A material for another world – Sulfuric Acid Hexahydrate

What does it look like?

Image generated by the VESTA (Visualisation for Electronic and STructual analysis) software http://jp-minerals.org/vesta/en/

Image generated by the VESTA (Visualisation for Electronic and STructual analysis) software http://jp-minerals.org/vesta/en/

What is it?

This material forms when a water-rich mixture of sulfuric acid and water are cooled below 200 K (about -80 °C).   It is a mix of six water molecules to one sulfate molecule.  Most of the water molecules (which are represented by the red atoms) form in layers with the ones left over filling the gap with the sulfate molecules (blue and yellow atoms).  The box that can be used to describe the structure is 7.4 x 7.5 x 17.0 Å.  Though it probably doesn’t form all that much on Earth, it could occur on the surfaces of the icy moons of Jupiter – Europa, Ganymede and Callisto.   The sulfur that could make this material is thought to be transported from the volcanoes of their sister moon Io, via the magnetic field of Jupiter, before being bombarded onto the icy surfaces.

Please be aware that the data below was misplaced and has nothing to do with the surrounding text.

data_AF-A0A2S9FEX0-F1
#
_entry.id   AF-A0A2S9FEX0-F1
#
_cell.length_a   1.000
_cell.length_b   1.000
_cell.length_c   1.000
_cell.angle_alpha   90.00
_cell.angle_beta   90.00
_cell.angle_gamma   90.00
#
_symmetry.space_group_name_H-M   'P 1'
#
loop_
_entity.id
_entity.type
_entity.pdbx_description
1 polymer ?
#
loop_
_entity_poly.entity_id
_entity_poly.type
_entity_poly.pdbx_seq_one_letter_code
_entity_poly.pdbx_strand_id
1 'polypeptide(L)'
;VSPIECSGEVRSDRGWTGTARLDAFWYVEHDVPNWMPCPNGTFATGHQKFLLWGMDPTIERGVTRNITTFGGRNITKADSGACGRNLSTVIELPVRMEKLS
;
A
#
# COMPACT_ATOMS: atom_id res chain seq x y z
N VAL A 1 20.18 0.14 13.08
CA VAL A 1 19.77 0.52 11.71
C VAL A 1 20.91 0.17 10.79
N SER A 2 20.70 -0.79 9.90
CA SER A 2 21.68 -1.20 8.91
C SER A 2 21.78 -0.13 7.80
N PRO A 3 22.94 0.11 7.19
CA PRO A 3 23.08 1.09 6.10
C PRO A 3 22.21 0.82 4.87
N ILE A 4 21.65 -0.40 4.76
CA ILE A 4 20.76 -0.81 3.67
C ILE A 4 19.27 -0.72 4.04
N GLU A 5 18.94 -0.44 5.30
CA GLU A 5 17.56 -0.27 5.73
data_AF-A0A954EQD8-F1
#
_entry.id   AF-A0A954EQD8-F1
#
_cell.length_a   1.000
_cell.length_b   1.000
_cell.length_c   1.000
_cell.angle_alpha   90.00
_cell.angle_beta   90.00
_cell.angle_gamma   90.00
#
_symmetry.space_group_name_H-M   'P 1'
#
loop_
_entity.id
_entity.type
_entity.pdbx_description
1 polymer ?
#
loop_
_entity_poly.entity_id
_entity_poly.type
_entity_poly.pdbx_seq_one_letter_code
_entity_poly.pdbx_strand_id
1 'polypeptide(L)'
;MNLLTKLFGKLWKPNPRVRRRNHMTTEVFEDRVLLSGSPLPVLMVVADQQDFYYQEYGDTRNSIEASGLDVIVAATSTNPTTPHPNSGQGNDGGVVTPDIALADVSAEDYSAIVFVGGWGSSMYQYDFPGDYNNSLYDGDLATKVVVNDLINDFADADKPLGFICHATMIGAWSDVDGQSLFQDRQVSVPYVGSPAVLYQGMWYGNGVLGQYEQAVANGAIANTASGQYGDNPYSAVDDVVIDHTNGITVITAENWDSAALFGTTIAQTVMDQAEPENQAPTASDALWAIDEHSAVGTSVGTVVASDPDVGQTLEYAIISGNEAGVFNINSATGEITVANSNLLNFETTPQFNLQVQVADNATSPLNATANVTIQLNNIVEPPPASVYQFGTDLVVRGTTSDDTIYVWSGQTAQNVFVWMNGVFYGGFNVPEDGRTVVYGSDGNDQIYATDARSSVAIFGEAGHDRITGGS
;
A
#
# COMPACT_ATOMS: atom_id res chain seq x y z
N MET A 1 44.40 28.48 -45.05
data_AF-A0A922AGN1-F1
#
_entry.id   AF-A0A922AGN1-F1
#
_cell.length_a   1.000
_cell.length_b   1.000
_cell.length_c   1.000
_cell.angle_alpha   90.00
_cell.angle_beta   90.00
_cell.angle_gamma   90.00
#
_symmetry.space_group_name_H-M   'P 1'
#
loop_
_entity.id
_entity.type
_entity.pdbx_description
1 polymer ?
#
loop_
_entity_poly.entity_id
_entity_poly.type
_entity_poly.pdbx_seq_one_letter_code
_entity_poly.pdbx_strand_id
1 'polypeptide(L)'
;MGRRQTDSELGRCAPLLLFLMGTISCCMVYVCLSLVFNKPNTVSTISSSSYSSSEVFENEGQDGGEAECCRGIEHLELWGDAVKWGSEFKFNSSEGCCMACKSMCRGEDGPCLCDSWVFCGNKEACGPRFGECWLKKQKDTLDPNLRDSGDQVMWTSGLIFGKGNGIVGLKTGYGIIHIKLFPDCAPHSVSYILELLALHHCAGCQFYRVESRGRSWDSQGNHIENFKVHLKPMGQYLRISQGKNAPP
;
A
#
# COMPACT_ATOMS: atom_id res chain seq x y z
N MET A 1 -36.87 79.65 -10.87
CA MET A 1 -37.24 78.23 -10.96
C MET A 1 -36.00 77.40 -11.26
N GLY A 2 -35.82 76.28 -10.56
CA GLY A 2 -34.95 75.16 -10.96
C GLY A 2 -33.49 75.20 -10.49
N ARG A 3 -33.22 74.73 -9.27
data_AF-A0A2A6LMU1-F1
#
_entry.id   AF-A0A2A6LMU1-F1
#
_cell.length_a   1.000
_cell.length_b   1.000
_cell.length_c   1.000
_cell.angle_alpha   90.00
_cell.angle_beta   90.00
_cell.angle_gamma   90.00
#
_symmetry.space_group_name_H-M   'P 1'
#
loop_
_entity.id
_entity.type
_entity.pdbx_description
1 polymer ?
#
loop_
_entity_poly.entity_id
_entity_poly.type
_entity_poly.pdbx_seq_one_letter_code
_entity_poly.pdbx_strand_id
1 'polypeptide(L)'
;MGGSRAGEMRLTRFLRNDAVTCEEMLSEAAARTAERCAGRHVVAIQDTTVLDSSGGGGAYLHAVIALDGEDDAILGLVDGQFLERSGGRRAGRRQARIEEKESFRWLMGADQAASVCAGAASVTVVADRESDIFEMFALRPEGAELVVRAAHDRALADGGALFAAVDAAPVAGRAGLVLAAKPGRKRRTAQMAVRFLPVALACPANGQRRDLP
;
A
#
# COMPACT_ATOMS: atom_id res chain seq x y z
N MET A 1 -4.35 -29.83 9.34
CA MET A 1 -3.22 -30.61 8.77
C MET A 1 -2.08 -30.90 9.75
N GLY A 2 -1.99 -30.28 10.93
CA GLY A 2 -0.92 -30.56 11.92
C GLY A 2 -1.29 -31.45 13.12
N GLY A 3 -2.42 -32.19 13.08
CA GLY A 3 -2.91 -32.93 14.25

Where did the structure come from?

This structure was determined from synchrotron x-ray diffraction, and was only discovered last year.  It’s reported in Maynard-Casely et al 2013.

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